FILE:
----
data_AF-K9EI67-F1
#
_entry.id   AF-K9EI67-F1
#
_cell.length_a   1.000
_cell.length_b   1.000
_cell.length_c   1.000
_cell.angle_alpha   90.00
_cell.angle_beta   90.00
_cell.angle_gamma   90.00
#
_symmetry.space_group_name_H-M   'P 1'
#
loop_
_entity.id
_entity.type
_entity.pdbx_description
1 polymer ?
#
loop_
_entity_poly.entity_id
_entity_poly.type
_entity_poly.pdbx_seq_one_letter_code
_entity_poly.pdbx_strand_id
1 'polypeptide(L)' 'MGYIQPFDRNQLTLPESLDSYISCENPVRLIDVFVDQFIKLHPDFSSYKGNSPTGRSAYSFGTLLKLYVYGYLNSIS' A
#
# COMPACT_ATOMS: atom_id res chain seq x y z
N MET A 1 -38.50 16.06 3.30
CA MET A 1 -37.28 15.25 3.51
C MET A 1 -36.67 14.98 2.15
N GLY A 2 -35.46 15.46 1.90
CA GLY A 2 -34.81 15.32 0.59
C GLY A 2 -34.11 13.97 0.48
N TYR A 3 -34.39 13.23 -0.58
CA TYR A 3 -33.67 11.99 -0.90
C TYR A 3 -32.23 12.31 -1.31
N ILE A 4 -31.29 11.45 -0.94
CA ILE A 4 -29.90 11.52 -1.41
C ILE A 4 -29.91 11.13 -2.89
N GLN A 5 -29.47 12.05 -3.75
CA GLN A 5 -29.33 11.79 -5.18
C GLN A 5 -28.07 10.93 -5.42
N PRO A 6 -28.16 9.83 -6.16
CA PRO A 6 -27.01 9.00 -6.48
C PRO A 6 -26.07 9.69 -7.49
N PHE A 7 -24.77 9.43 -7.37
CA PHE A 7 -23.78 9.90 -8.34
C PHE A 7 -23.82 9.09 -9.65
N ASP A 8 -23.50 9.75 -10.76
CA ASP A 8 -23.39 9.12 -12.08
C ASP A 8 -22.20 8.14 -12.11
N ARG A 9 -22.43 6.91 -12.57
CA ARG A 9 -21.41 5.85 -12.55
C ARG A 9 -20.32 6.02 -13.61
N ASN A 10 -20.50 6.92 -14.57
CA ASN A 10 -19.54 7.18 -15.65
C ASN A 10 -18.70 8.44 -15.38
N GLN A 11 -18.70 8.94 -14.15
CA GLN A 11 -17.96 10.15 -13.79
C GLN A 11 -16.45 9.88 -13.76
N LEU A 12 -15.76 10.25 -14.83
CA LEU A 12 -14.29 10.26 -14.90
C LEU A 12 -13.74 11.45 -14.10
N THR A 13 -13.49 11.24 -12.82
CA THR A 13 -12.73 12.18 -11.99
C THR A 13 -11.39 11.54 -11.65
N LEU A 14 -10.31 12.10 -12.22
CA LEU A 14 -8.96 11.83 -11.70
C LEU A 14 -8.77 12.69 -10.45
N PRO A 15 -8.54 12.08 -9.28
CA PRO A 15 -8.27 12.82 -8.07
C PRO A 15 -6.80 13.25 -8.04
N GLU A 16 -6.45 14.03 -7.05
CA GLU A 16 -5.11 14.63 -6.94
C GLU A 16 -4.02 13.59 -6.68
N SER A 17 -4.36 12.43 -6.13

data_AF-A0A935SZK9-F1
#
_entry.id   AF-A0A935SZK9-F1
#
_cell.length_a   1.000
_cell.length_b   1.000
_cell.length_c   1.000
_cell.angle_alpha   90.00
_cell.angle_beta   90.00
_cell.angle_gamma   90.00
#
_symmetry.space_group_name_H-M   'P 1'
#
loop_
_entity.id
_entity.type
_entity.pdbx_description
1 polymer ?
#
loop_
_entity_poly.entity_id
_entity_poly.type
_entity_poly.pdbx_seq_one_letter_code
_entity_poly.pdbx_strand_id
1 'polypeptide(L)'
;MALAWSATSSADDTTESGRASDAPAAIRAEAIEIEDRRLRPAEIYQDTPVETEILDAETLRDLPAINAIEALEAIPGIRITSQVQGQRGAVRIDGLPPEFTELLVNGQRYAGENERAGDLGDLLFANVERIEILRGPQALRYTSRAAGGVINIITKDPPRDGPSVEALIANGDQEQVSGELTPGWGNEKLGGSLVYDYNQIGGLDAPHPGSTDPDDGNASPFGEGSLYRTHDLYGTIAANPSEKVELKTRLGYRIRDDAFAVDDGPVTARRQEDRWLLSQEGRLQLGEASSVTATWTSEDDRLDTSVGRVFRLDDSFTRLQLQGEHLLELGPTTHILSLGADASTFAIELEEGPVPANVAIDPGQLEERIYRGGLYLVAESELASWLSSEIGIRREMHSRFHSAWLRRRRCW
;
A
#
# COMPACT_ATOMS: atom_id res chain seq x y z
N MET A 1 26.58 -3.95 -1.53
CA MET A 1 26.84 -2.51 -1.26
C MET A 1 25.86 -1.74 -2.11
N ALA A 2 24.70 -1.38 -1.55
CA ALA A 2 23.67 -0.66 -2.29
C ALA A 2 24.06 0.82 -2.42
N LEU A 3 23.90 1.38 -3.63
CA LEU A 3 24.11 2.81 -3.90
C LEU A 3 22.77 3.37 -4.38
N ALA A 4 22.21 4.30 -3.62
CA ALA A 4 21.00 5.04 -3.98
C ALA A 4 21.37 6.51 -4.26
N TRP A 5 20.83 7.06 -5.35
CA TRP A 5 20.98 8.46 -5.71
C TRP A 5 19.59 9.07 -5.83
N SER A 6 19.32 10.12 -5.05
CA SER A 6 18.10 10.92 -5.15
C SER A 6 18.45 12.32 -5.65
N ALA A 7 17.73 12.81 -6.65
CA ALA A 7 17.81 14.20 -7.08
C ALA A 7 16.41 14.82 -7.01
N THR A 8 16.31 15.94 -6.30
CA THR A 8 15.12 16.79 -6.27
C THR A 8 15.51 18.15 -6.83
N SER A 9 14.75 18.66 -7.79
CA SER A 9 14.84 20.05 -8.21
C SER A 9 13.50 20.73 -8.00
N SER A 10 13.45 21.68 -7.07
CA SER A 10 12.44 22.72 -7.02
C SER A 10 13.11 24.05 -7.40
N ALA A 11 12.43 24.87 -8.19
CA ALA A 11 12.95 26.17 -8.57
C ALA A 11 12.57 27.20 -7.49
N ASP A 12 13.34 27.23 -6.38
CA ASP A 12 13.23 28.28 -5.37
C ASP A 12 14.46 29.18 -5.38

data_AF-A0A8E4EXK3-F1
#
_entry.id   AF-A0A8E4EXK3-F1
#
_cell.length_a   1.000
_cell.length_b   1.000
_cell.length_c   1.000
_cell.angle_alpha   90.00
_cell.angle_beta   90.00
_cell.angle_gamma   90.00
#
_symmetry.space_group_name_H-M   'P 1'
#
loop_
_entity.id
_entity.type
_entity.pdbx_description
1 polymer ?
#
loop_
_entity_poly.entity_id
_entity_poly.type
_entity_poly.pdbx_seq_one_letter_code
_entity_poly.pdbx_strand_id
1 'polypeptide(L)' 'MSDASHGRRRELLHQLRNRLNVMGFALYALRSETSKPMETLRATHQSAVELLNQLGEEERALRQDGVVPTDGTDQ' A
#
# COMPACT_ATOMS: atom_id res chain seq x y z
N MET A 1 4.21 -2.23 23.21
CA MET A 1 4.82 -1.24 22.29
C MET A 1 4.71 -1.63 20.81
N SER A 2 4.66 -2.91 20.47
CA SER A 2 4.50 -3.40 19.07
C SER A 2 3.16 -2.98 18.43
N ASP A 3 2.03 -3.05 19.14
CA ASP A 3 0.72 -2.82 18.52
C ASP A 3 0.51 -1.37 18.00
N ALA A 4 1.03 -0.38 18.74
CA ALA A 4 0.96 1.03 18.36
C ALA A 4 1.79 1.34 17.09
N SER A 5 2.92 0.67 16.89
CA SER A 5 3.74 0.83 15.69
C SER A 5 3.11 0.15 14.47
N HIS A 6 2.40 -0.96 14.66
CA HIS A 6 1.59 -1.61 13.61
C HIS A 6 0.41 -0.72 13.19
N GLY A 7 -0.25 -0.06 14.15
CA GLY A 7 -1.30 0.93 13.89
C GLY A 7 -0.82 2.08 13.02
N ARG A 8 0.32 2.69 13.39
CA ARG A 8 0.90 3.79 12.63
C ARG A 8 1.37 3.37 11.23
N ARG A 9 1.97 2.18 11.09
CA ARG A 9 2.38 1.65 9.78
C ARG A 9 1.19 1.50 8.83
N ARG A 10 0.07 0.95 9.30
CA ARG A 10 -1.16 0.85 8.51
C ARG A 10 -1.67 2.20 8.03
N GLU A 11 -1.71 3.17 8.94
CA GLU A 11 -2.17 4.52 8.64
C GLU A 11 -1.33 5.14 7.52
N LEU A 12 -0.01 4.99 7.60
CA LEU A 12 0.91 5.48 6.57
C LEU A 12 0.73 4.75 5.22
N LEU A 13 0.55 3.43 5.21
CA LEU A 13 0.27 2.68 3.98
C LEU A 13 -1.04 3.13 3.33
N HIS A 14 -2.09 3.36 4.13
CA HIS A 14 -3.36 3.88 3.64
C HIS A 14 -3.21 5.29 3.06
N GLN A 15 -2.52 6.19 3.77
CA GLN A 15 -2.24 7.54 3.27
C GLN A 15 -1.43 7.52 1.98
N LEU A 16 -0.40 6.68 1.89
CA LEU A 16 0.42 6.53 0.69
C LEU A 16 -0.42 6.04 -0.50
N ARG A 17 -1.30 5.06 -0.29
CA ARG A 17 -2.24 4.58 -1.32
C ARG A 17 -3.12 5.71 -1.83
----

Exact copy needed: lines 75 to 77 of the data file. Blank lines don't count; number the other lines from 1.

C GLU A 16 -4.02 13.59 -6.68
N SER A 17 -4.36 12.43 -6.13

data_AF-A0A935SZK9-F1